Defensively, the ones who stood out to me were Zach Leslie and Colin Miller. Leslie had good positioning and has a great reach. He was very good at breaking up plays with his stick and disrupting zone entries. Colin Miller impressed me with a similar skill set to Leslie but also with his speed. He had a beautiful end-to-end rush in the second game and nearly scored. But he didn’t sacrifice his defense for his offense, which I really liked. None of the defensemen will be challenging for a roster spot in 2014 given that the Kings have nine defensemen already signed to contract.

Training Camp
The players all reported to TSC in El Segundo yesterday and had their physicals today. Tyler Toffoli, Brandon Kozun and Andy Andreoff are among those who are competing for an NHL roster spot. Tanner Pearson and Linden Vey both have time left on their ELCs and can be sent back to Manchester without having to clear waivers. The same is true of Tyler Toffoli but the 21 year old, who was called up last season, impressed coaches and fans in his debut (even though he had a fairly sheltered role, despite mainly playing on a line with Mike Richards and Jeff Carter). He clearly has the talent and skill level to make it in the NHL. However, his place on the depth chart is a little fuzzy. There’s no way he’s going to unseat Justin Williams at RW1, Jeff Carter at RW2 or Trevor Lewis at RW3. So that leaves him at RW4, but his skill is better suited to Top 6 versus Bottom 6. Given Brad Richardson’s departure over the summer as a UFA, that’s a place where Toffoli could potentially slot in over Jordan Nolan. With some roster juggling, Toffoli could also potentially leapfrog Trevor Lewis as a RW2 but it seems unlikely, although you never know what Darryl Sutter might have up his sleeve. Depending on how training camp goes, Toffoli could start the year back in Manchester (I have a feeling that unless he’s balls out amazing, he’ll start there anyway just because the Kings are stacked at RW and there’s time to put him there).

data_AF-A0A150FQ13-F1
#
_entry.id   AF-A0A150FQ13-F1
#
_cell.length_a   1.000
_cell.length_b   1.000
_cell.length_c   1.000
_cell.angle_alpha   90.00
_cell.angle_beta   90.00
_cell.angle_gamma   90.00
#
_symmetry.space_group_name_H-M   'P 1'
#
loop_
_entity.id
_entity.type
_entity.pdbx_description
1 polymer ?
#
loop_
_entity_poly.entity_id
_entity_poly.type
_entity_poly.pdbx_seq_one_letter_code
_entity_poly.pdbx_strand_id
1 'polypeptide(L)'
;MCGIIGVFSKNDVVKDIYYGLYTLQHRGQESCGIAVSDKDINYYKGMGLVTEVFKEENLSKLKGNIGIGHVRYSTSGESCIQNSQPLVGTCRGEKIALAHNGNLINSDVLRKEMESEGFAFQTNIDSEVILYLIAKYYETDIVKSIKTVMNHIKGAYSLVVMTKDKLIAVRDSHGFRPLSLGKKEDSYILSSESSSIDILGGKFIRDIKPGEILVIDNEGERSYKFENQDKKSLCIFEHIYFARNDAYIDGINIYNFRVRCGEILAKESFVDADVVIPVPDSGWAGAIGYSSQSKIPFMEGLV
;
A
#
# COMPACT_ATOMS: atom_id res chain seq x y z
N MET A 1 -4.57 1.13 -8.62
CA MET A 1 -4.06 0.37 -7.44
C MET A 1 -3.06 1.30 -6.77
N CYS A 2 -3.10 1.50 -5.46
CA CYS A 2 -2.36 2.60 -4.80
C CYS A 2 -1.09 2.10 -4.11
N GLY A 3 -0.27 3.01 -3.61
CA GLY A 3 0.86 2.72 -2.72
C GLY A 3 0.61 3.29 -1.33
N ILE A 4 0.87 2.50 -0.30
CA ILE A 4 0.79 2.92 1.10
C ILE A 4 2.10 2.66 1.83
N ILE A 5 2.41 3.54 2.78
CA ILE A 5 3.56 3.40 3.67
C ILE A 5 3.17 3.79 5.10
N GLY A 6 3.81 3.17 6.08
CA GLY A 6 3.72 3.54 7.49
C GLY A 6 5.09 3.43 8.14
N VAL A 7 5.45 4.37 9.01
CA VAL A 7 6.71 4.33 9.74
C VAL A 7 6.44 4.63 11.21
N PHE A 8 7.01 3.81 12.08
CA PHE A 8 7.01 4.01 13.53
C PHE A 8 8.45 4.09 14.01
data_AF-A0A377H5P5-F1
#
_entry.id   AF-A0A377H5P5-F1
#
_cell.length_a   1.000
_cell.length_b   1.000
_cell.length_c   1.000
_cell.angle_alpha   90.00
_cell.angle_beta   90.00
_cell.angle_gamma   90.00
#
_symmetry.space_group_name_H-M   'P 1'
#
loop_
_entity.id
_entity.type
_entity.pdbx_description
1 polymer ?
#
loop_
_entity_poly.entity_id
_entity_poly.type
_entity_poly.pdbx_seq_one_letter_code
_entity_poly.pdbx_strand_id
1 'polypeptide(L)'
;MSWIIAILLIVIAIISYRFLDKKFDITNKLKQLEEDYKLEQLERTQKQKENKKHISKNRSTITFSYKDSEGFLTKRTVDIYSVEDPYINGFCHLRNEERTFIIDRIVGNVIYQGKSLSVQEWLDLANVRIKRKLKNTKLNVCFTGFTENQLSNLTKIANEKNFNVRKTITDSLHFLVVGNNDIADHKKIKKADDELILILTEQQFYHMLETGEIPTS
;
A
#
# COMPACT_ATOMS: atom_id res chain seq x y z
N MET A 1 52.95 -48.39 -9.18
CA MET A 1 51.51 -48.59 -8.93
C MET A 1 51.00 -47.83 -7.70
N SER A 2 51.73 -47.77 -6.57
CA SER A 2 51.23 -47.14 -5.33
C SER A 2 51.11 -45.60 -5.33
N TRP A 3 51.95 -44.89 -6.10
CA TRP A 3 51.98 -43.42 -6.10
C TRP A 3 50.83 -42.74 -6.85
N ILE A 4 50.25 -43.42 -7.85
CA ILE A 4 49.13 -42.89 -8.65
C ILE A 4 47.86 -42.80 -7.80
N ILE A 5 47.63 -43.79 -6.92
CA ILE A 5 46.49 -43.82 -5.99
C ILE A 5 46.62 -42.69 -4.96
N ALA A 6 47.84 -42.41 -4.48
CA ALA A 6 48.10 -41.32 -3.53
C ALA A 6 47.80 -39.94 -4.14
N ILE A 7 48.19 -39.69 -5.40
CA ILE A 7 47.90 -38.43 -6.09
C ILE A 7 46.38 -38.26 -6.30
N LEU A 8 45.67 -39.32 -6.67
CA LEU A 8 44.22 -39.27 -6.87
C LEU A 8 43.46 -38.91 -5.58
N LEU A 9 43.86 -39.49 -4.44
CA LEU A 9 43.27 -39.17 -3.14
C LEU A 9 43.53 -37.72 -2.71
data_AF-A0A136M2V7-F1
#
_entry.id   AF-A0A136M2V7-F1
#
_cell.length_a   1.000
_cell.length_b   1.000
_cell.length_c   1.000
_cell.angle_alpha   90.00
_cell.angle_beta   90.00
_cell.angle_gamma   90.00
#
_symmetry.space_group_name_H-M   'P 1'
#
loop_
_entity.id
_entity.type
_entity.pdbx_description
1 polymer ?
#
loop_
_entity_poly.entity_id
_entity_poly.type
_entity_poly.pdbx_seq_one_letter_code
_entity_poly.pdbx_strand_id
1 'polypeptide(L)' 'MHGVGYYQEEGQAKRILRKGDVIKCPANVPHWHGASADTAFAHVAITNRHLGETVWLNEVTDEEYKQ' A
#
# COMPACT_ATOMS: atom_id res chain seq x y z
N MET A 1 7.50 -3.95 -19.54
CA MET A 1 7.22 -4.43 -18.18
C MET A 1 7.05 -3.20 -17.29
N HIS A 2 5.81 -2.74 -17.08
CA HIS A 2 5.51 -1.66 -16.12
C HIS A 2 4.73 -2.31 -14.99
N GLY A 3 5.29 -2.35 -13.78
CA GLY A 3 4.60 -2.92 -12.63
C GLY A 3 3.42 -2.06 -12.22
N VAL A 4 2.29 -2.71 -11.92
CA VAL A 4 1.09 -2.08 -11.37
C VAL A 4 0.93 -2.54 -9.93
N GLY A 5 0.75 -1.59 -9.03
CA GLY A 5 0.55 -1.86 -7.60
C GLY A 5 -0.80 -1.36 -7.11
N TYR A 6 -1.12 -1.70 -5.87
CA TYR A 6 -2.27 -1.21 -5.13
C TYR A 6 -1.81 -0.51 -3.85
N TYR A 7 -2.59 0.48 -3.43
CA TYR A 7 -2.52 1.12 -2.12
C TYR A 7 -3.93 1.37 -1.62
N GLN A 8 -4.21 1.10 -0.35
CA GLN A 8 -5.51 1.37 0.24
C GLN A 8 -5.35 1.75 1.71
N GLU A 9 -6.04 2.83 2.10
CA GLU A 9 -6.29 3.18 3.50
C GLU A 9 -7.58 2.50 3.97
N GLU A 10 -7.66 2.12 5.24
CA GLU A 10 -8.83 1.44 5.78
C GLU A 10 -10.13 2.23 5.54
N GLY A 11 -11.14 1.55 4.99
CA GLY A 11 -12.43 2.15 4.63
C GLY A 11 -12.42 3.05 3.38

Brandon Kozun is out of options so for him, it’s make the roster or be subject to waivers. His ELC expired over the summer and his age makes him eligible for waivers. He’s a bit small by NHL standards at 5’8, but he has the grit and the heart and the talent to make up for his lack of his size. He had a decent rookie camp, though he did not stand out as much as others did. His career in the NHL could depend on his training camp this week. If the Kings do put him on waivers, there’s a chance he’ll be snatched up by another team and the Kings will get nothing in return for a highly skilled prospect.

In other news, Jarret Stoll says he’s feeling fine after suffering a seizure on July 3rd with no warning and no explanation as to what happened. He’s 100%, feeling good and ready to go for camp. Dustin Brown, who suffered a torn PCL in Game 6 of the WCSF versus the San Jose Sharks will wear a knee brace to start camp; he did not require surgery to repair the ligament and I suspect this is just a precaution to make sure he’s able to play and won’t end up needing that surgery after all. Lisa Dillman’s article linked above includes updates from Williams and Brown.

Willie Mitchell spoke to the media on Sunday during Hockey Fest about the issues with his knee that kept him out of the lineup for the entirety of last season. He is confident and ready to go for the next season.

Whew that’s a lot of updates to cover. The full training camp roster and schedule has already been posted, but if you need it again, visit http://kings.nhl.com/club/news.htm?id=681982. All on-ice sessions are open to the public, no charge.

Born and raised in the Los Angeles area, I sort of grew up an LA Kings fan by default. My dad was into hockey and then my brother got into hockey and I found that I sorta liked this hockey stuff. Go Kings.